Although at first glance the results of this trial may appear to strengthen the argument in favor of prostate cancer screening using a prostate-specific antigen (PSA) test, it is important to clarify that this was not a screening study. Also, the patients had a much higher PSA result (mean 13 vs median 4.8 ng/mL) and stage (mostly T2 vs mostly T1c) than patients in the recent ProtecT trial. Also, the "watchful waiting" in this study was not the same as the contemporary practice of active surveillance. This study does tell us that for men presenting because of symptoms, who are diagnosed with stage T2 prostate cancer, and have a fairly high PSA level, surgery reduces mortality compared with doing nothing. 

Bill-Axelson A, Holmberg L, Garmo H, et al. Radical prostatectomy or watchful waiting in prostate cancer: 29-year follow-up. N Engl J Med 2018;379(24):2319-2329.

Further reading

Book Chapters via ClinicalKey (CMA members only):

ClinicalKey drives better care by delivering fast, concise answers, and deep access to evidence whenever, wherever you need it. ClinicalKey includes access to 1,000+ textbooks, 600 full-text journals, images, videos and customizable patient handouts across 30+ medical specialties

Articles via CMAJ:

Magnetic resonance imaging diagnosis of prostate cancer: promise and caution

Douglas C. Cheung and Antonio Finelli, CMAJ October 28, 2019 191 (43) E1177-E1178


Cancer: prostateCMAJ Collection

Clinical Practice Guidelines via CPG Infobase:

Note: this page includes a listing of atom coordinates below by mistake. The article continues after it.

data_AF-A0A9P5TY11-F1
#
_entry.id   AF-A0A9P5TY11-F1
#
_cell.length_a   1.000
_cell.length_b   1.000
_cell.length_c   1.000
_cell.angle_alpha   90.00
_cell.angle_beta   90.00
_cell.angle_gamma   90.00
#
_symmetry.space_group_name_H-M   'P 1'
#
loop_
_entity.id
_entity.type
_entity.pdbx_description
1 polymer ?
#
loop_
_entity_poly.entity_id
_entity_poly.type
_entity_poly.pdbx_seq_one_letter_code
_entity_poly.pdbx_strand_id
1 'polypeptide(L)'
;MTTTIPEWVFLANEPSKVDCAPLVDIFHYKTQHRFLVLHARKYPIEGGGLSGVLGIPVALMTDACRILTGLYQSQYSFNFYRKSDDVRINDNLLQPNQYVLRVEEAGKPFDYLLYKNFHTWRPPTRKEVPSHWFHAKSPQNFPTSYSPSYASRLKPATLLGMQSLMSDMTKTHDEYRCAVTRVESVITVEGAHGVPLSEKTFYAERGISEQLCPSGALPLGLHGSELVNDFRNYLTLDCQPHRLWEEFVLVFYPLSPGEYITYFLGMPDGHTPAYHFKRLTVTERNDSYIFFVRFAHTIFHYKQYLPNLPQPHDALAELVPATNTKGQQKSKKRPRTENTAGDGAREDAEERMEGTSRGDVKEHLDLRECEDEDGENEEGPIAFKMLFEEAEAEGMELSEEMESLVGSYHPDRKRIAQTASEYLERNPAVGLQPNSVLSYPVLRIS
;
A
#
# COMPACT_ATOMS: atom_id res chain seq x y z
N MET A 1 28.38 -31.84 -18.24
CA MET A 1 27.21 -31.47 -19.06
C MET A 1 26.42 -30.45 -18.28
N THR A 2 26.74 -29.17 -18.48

CPG Infobase contains approximately 1,200 evidence-based Canadian clinical practice guidelines (CPGs) developed or endorsed by authoritative medical or health organizations in Canada.

Canadian Clinical practice guidelines on Prostate Cancer in the CPG Infobase.

Drug Information via CPS online and on the RxTx app (CMA members only):

CPS offers 2000+Canadian product monographs for drugs, vaccines and natural health products that are developed by manufacturers, approved by Health Canada and optimized by CPhA editors

Search “prostate cancer” in the CPS on the RxTx app to find related drug monographs that provide information regarding dosage, adverse effects, drug interactions and action and clinical pharmacology.

The CPS Online includes patient handouts. Search “prostate cancer” and select “Information for patients” to access handouts on a number of drugs for this indication.

Free information sources

Prostate cancer – Canadian Cancer Society

Prostate cancer treatment options – Prostate Cancer Canada

Early versus deferred standard androgen suppression therapy for advanced hormone‐sensitive prostate cancer – Cochrane Review 11 June 2019 Conclusions changed (summary only)

Recent trends in prostate cancer in Canada, Apr 2019 – Statistics Canada

Need more information or have a more focused clinical question on prostate cancer (or any other clinical topic of interest)? Contact the Ask a Librarian team to request a literature search.

This material is for informational purposes only. It is not intended to be a substitute for professional medical advice and should not be relied on as health or personal advice. The opinions stated by the authors are made in a personal capacity and do not necessarily reflect those of the Canadian Medical Association and its subsidiaries including Joule.  Feel passionate about physician-led innovation? Please connect with us at